As for his background, well, I’ve long been interested in behavioral profiling. I’ve worked with a couple of profilers in my job as a prosecutor and what they do, and the cases they handle, are fascinating. So I thought it’d be a good background for Hugo. Now, I don’t rely on those skills too much, I like old-style crime detection too much to allow Hugo to solve his mysteries by pontification alone. A mix of detective work and profiling keep me, and him, happy.

Finally his job – I wanted him to be a professional, and to operate in Europe. I wanted him to have a gun and a badge and some authority. I wanted him to have reasons to investigate crimes, and not just happen to be where a crime is committed for every book, like dear old Ms. Marple stumbling into bodies all the time.  As head of security at the US Embassy, he can roam France and even go assist other embassies and consulates abroad. Very helpful.

Why did you choose Paris for the setting for your first novel in the series. And how many books do you plan for the series?  How much research do you do when writing your stories?

I had the idea for THE BOOKSELLER while on a trip to Paris with my wife. As such, it was inevitable the first book would be set there, and once I created Hugo it seemed necessary for the first few, at least, to be in Paris. Which I didn’t mind at all, of course!


Right now we’re planning on six. The third comes out in January of next year, the fourth in October. He’ll stay in Paris for number three (THE BLOOD PROMISE) but the fourth will actually be a prequel, and take place in London and a quiet country village not too far from the city. The fifth will be set in Barcelona, and the sixth… undecided! I’m thinking Bordeaux right now, but Prague is also a possibility. Which brings me to research… I won’t ever set a book in a place I’ve not visited. I’ve been to Paris a dozen times, probably, and spent a lot of time in London when I lived in England. Which meant a trip to Barcelona for me, obviously another tough part of this writing gig…

On the research issue, one of the fun things I did was spend time at the US Embassy in Paris, meeting with the folks who work there and making sure I got (most of) my facts right. I’m still in touch with a couple of people, and get to ask them questions on protocol and capabilities when I have them.

I was fascinated by the 'bouquinistes' along the River Seine. How did you get this idea?

That was purely situational. I was quite literally walking alongside the River Seine, passing these bookstalls and thinking how wonderfully original, how peculiar to Paris they are. And something went kapow in my mind and the story was born. As I was writing, I liked the idea of featuring something truly Parisian and decided that in future books I’d try to do the same. Hence, in THE CRYPT THIEF, the city’s wonderful cemeteries play a central role, and in THE BLOOD PROMISE… well, I can’t actually tell you which aspect of Paris plays a role, it’d give things away!

Are you a PANTSER or a PLOTTER? 

I wrote THE BOOKSELLER and THE CRYPT THIEF from the seat of my pants. Totally. I tried the same with THE BLOOD PROMISE, but failed miserably and I wrote myself into a corner. So I backed up, and started again with a plotting plan. To begin with, I didn’t plot it in detail, just wrote more of an outline. Then I broke the book down and wrote one or two sentences for the first eight chapters – what was going to happen in each one. Then I wrote those chapters, and then did the same for the next eight, sort of hop-scotching my way forward like that. I’ll be using that method from now on, it’s quite effective for me, gives me a target to aim for but isn’t too limiting.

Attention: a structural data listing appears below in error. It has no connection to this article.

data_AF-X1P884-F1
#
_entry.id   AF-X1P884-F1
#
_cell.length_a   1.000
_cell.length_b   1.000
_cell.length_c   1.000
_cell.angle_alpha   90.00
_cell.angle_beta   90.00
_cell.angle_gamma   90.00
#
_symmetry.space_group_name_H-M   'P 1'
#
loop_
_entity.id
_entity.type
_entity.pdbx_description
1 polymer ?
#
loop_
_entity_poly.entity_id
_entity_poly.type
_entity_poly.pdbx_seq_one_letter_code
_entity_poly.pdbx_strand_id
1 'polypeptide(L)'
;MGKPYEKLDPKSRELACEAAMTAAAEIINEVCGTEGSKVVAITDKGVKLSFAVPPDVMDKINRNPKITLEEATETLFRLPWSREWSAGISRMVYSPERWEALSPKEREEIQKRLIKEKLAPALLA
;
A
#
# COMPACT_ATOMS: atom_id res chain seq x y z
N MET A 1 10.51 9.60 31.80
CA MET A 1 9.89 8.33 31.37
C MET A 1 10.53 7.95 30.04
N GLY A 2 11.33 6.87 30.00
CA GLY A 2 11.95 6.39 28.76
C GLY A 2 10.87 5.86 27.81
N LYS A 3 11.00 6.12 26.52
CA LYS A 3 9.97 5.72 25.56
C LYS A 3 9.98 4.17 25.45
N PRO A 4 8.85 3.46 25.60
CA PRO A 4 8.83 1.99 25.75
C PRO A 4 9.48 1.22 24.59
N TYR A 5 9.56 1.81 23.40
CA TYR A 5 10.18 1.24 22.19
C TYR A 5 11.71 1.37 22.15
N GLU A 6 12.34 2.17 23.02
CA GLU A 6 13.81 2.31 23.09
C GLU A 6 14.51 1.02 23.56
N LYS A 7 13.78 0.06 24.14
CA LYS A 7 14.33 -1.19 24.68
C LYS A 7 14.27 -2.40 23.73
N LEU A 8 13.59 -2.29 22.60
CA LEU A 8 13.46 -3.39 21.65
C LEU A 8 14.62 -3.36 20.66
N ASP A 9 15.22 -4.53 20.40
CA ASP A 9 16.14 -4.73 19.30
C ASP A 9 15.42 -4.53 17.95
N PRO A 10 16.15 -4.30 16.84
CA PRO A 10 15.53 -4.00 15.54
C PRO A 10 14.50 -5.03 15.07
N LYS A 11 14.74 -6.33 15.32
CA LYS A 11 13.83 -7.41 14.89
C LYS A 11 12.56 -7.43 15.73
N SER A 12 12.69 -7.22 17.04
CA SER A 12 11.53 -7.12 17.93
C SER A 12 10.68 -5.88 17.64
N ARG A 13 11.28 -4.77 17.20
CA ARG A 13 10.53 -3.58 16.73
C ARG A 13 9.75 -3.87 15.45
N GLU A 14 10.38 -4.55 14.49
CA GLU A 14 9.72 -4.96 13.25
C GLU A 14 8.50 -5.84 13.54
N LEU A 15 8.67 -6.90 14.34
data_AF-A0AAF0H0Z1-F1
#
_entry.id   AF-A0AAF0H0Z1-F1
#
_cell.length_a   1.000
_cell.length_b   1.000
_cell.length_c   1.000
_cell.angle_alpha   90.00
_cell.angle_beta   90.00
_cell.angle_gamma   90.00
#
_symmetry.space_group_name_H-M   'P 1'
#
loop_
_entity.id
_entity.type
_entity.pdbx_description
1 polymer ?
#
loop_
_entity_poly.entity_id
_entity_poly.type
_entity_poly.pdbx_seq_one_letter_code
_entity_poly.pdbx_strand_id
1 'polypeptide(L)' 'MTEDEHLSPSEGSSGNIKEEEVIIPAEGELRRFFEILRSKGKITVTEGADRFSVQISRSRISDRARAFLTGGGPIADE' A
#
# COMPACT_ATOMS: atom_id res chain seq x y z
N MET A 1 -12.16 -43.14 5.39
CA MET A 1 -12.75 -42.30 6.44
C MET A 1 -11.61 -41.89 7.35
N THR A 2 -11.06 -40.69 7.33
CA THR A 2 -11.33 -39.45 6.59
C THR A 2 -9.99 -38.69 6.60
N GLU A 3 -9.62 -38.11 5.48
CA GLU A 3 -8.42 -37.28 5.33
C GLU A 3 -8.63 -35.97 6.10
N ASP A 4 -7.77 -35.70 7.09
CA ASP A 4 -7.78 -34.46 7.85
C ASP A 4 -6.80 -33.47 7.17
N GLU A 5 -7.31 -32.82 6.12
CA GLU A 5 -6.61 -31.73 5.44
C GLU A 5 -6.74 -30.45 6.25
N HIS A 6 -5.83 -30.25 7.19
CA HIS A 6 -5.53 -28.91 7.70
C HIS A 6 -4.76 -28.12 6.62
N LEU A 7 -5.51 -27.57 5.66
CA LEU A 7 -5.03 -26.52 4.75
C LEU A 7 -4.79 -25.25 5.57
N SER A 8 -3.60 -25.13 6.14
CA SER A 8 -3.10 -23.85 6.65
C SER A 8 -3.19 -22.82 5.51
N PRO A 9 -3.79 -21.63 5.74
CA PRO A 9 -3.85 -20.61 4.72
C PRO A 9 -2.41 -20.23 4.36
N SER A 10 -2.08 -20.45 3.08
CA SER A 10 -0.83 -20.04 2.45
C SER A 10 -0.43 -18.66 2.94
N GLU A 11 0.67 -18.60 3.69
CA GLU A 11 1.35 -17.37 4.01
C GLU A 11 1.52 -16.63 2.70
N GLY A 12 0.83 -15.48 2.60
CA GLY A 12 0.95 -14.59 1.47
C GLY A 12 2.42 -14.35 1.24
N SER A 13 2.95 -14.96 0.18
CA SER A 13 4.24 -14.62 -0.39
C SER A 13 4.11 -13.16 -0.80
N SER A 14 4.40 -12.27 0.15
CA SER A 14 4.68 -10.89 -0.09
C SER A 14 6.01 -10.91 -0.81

Thanks so much Mark for visiting this week...

THE CRYPT THIEF blurb:


It’s summer in Paris and two tourists have been killed in Père La Chaise cemetery in front of Jim Morrison’s grave.

The killer leaves the bodies untouched but moves deeper into the cemetery, where he breaks into the crypt of a long-dead Moulin Rouge dancer. In a bizarre twist, he disappears into the night with part of her skeleton. The cemetery is locked down and put under surveillance, but the thief returns, flitting in and out like a ghost, taking more bones from another legendary can-can dancer under cover of night.
One of the dead tourists proves to be an American and the other a woman linked to a known terrorist; so the US ambassador sends his best man and the embassy's head of security-Hugo Marston-to help the French police with their investigation.
At first, Hugo is stumped. How does this killer operate unseen? And why is he stealing the bones of once-famous can-can girls? Hugo cracks the secrets of the graveyard, but soon realizes that old bones aren't all this serial killer wants: his ultimate plan requires the flesh and organs of the living.
And when the crypt thief spots the former FBI agent on his tail, he decides that Hugo's body will do just fine.

Buy Mark Pryor's books on Amazon 

In a few days, the net will be flooded with spooky stories. Sign up for the WEP blogfest if you haven't already done so, and share your creepy story with us!

  • If you're published, what did your journey look like?
  • If you're still seeking publication, did Mark's story help you?





24 comments:

  1. Congratulations, Mark! Very good of you to profile him and his work, Denise. :)